But Gimenez didn’t want the county to take on stadium maintenance and upkeep costs.

“I have no particular interest in owning any part of the stadium,” Gimenez said in a Feb. 15 radio interview.

The idea was taken off the table

Gimenez also made a request the Dolphins declined: to move the team’s training facilities to Miami-Dade from Nova Southeastern University in Broward. Commissioners had specifically asked for that change, but it was a non-starter with the Dolphins, who argued they had a long-term lease and a significant investment in the Davie facilities. Eventually, the team promised commissioners to consider moving once its lease is up.

Two of the mayor’s other conditions were accepted, but not without complications.

Gimenez wanted the deal to be contingent on the award of Super Bowl 50 or 51 — a suggestion the NFL initially opposed, though the league quickly backed off a stern statement it had issued to reporters. An outwardly confident Dee returned from NFL owners meetings in March and agreed to the concession.


But behind the scenes, the NFL was apparently still unhappy, worried that making public dollars for a stadium renovation contingent on a specific Super Bowl award would set a precedent for other teams. How about softening the condition, the team asked the mayor, to say the Dolphins would have to be awarded a Super Bowl — not necessarily the 50th or 51st — in May instead? No, Gimenez said.

The Dolphins told him they would take their concerns to the commission. There, they prevailed: Commissioners signed off on an amendment removing the specific mention of the 50th or 51st Super Bowls from the agreement.

Gimenez’s other condition was having the Dolphins foot the bill for the $4.8 million cost of the special election. A state opinion appeared to prohibit that possibility. The mayor asked for a new one, and the team eventually said it would be willing to fork over the money. But Gimenez cautioned the Dolphins that if the opinion didn’t favor the team — or if it didn’t come back in time — there would be no referendum before NFL owners’ May 21-22 meeting awarding the Super Bowls. There were murmurs of a June election.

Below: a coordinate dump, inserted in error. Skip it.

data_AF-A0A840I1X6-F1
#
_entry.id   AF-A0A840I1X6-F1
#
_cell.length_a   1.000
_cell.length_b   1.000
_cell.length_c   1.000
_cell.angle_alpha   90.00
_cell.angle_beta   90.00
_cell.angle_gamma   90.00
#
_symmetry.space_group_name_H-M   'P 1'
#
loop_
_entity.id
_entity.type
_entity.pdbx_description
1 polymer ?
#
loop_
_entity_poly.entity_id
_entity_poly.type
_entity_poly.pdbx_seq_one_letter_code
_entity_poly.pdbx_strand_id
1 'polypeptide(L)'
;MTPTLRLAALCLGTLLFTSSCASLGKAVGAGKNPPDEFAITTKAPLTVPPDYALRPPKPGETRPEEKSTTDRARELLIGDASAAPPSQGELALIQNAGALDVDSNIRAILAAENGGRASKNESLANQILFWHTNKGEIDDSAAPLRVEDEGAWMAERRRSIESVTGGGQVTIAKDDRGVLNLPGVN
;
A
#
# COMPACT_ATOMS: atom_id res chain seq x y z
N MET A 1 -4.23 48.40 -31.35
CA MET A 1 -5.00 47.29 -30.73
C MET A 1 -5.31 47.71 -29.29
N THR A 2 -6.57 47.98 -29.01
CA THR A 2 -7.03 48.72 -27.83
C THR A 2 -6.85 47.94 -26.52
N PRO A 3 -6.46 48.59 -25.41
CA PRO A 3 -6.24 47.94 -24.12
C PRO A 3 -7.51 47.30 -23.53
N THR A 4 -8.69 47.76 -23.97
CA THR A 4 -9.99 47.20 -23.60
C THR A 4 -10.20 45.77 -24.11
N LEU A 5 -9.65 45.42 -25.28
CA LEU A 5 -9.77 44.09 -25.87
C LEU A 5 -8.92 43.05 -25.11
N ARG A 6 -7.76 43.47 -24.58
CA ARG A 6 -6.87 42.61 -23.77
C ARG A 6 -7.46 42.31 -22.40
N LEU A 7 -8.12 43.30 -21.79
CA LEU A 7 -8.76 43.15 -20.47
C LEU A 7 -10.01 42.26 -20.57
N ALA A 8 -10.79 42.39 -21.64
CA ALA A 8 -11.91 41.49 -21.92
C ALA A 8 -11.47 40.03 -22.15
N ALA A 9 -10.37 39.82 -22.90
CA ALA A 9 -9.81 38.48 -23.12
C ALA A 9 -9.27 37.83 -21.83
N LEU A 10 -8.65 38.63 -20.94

The Dolphins held their breath until April 5. The state ruled they could pay.

Throughout the negotiations, the two sides had discussed how much county money would be involved in the deal, and what guarantees Miami-Dade would receive for the funding. The Dolphins provided team and stadium financial information to the county. A 30-year non-relocation agreement requiring the Dolphins to stay at Sun Life came about relatively easily.

Both sides also agreed on a point system crediting the Dolphins for hosting events at the stadium, and penalizing them if they didn’t meet certain goals. Ross, who last week announced that Sun Life would host games for a new international club soccer tournament this summer, had wanted more points for soccer matches over which he could exert more influence than, say, college football championships. The county pushed back, saying it would award the most points to events proven to attract out-of-town visitors who would spend money locally.


The last issue came down to the county’s payout.

An undated, draft term sheet obtained by The Miami Herald in late March showed the Dolphins receiving three-quarters of the money collected by the hike in the hotel tax over 30 years. But both the percentage and number of years were a subject of debate until the very end.

The Dolphins wanted 75 percent of the roughly $10 million the higher hotel tax would be expected to raise in the first year of the deal — $7.5 million. They also wanted the payments to last for 30 years so they could secure a better loan from the private sector, using the county dollars as collateral.

Gimenez began the negotiations with a lower percentage, at one point suggesting giving the Dolphins $6 million or $6.5 million on year one, and wanted the payments to stop sooner or the Dolphins to refund some of the money earlier.

Financial advisors for the county ran hotel-tax projections. Financial advisors for the Dolphins ran loan projections. Back and forth they went. Dealmakers, meeting since about 11 a.m. Sunday, April 7, at Sun Life, moved to County Hall, where they spent the night and worked nonstop through Monday night.

The compromise: The Dolphins would receive either 75 percent of the money raised every year, or $7.5 million a year, growing at 3 percent every year, whichever is lower. That deal would last 26 years, with the county’s projected expected to total $289 million.

The team would have to refund at least $112 million at the end of 30 years.

The final, major point of contention had been resolved. A Dolphins staffer snapped a cell phone picture of Dee shaking Gimenez’s hand. It was posted to Dee’s Twitter account at 9:44 p.m.

“An unprecedented agreement for our community,” the post said. “Details coming soon.”